Chris Whitty, England’s chief medical officer, said that the strain could be 70% more transmissible – a figure given by Dr. Erik Volz from Imperial College London, who said that the situation needed to be monitored but that “it is really too early to tell.”
A person is tested for the coronavirus in England. Getty
But many experts are urging caution.
Christian Drosten, a virologist at Charité University Hospital in Berlin, said the UK government should not have cited the 70% figure: “There are too many unknowns to say something like that.”
“The amount of evidence in the public domain is woefully inadequate to draw strong or firm opinions on whether the virus has truly increased transmission,” added Professor Jonathan Ball, a virologist at the University of Nottingham, according to the BBC.
Dr. Muge Cevik, a scientific advisor to the British government, noted that the 70% figure hasn’t been confirmed in lab experiments, and that the faster spread could be at least partially explained by people acting differently.
Alan McNally, a professor of genomics at the University of Birmingham, said in a statement to UK’s Science Media Centre that “it’s too early to be worried or not by this new variant.”
“It is important to keep a calm and rational perspective on the strain as this is normal virus evolution and we expect new variants to come and go and emerge over time,” he said.
UK Prime Minister Boris Johnson. Toby Melville – WPA Pool / Getty Images
But some experts say that taking big steps now is the right call, rather than waiting to take action when more information is available, in case the new strain does pose a new risk.
Professor Nick Loman, from the COVID-19 Genomics UK Consortium, told the BBC that “laboratory experiments are required, but do you want to wait weeks or months [to take action]? Probably not in these circumstances.”
It doesn’t seem more deadly
UK officials say that there is currently no evidence to suggest that the new variant is more deadly, though scientists in the UK and WHO are now studying it.
Wendy Barclay, head of the Department of Infectious Disease at Imperial College London, said earlier this month – before new data about transmission came out – that “there is no evidence that the newly reported variant results in a more severe disease.”
The BBC noted that there is no evidence to suggest that it’s more deadly – but that this needs to be studied.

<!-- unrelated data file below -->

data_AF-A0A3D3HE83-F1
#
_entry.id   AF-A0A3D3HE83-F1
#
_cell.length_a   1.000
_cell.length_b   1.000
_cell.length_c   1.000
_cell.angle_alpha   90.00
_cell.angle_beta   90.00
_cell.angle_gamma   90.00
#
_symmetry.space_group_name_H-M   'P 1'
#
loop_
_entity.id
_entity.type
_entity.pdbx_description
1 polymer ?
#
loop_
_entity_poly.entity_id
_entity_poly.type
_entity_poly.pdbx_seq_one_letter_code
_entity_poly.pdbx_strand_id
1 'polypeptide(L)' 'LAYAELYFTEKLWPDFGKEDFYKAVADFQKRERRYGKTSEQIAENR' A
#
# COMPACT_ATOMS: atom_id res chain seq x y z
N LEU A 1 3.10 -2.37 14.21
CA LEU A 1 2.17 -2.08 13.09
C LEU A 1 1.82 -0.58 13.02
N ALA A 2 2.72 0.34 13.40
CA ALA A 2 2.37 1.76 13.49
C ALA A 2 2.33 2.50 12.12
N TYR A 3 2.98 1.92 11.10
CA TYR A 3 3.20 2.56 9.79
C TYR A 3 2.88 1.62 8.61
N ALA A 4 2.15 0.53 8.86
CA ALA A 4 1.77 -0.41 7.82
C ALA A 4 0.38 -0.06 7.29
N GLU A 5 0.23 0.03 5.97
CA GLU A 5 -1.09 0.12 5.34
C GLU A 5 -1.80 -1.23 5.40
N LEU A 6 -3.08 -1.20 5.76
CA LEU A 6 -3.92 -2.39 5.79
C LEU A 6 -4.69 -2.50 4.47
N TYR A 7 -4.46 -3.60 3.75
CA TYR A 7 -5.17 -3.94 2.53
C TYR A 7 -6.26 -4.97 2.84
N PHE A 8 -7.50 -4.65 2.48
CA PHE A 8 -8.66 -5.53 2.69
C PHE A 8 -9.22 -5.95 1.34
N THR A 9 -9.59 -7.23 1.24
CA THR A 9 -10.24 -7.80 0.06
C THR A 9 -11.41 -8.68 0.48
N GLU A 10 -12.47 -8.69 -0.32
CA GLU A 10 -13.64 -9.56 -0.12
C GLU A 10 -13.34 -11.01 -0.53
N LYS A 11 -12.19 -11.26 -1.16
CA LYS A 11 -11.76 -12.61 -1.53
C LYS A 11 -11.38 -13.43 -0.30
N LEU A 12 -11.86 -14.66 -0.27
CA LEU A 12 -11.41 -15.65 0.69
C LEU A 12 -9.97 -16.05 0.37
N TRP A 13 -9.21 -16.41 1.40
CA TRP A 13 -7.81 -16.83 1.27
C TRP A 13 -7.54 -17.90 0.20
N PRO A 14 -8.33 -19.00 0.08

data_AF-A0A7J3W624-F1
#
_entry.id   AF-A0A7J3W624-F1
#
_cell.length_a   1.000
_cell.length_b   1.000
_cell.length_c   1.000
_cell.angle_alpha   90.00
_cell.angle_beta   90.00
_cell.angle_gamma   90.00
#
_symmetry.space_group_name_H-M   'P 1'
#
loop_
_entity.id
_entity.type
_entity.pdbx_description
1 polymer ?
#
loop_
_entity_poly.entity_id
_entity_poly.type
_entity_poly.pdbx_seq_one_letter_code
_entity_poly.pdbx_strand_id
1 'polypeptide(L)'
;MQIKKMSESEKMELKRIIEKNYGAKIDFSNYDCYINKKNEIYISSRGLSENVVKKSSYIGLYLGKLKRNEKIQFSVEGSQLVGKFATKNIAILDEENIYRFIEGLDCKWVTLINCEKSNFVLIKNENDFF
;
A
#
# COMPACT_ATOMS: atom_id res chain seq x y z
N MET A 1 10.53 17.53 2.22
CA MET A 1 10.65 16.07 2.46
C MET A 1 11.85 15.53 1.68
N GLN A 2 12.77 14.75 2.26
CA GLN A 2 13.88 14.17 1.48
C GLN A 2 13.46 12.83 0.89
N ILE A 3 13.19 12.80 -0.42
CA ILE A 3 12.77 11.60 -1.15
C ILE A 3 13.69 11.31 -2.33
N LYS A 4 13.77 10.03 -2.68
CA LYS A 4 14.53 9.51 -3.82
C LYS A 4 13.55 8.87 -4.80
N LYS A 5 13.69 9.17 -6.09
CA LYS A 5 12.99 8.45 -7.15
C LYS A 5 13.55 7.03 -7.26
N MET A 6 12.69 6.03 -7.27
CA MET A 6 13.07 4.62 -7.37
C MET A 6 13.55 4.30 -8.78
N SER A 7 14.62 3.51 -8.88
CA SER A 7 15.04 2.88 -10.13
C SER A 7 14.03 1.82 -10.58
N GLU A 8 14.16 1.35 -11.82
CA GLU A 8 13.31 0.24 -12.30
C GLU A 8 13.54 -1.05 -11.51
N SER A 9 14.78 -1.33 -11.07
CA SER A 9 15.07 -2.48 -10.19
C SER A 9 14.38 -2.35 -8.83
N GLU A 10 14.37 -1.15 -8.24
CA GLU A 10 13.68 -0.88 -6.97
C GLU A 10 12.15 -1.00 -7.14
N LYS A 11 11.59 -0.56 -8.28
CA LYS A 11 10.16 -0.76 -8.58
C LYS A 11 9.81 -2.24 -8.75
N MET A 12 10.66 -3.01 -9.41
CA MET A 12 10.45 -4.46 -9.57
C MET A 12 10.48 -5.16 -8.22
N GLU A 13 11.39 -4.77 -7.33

But Professor Andrew Hayward, a professor of infectious-disease epidemiology at University College London and a member of the UK’s Scientific Advisory Group for Emergencies, warned that if it has a greater ability to infect people, the virus is already more deadly.
“I think we already have enough information to know that this variant has the potential to cause a major further epidemic, worse than we had previously predicted,” he said, according to The Guardian.
All viruses mutate over time, and this isn’t the first discovered variant of this virus.
As the BBC noted, the virus strain now seen in most parts of the world isn’t the same as the one that was first detected in Wuhan, China.
Some experts say that more than 4,000 mutations of the novel coronavirus have already emerged, but the vast majority are insignificant in terms of how they affect humans, and how we can fight them.
Vaccines will likely still work
Patrick Vallance, the UK government’s chief scientific adviser, said on Saturday: “Our working assumption, from all of the scientists, is that the vaccine response should be adequate for this virus.”
Experts also said that this mutation is unlikely to hinder the effectiveness of vaccines that have been proven to work against the virus, but noted that more studies are needed.
A nurse waits to administer the first of two Pfizer/BioNTech COVID-19 vaccine jabs in Edinburgh, Scotland, on December 8, 2020. Andrew Milligan/Pool via Reuters
Many added that years of evolution would likely have to happen for the virus to reach a stage where vaccines aren’t effective.
Dr. Jesse Bloom, an evolutionary biologist at the Fred Hutchinson Cancer Research Center in Seattle, told The New York Times: “No one should worry that there is going to be a single catastrophic mutation that suddenly renders all immunity and antibodies useless.”
“It is going to be a process that occurs over the time scale of multiple years and requires the accumulation of multiple viral mutations. It’s not going to be like an on-off switch,” he said.
Professor Ravi Gupta, a clinical microbiologist at the University of Cambridge, told the BBC that if the virus is allowed to keep spreading among people, new variants could bring it closer to the point where it has mutated too much for vaccines to work.
“If we let it add more mutations, then you start worrying.”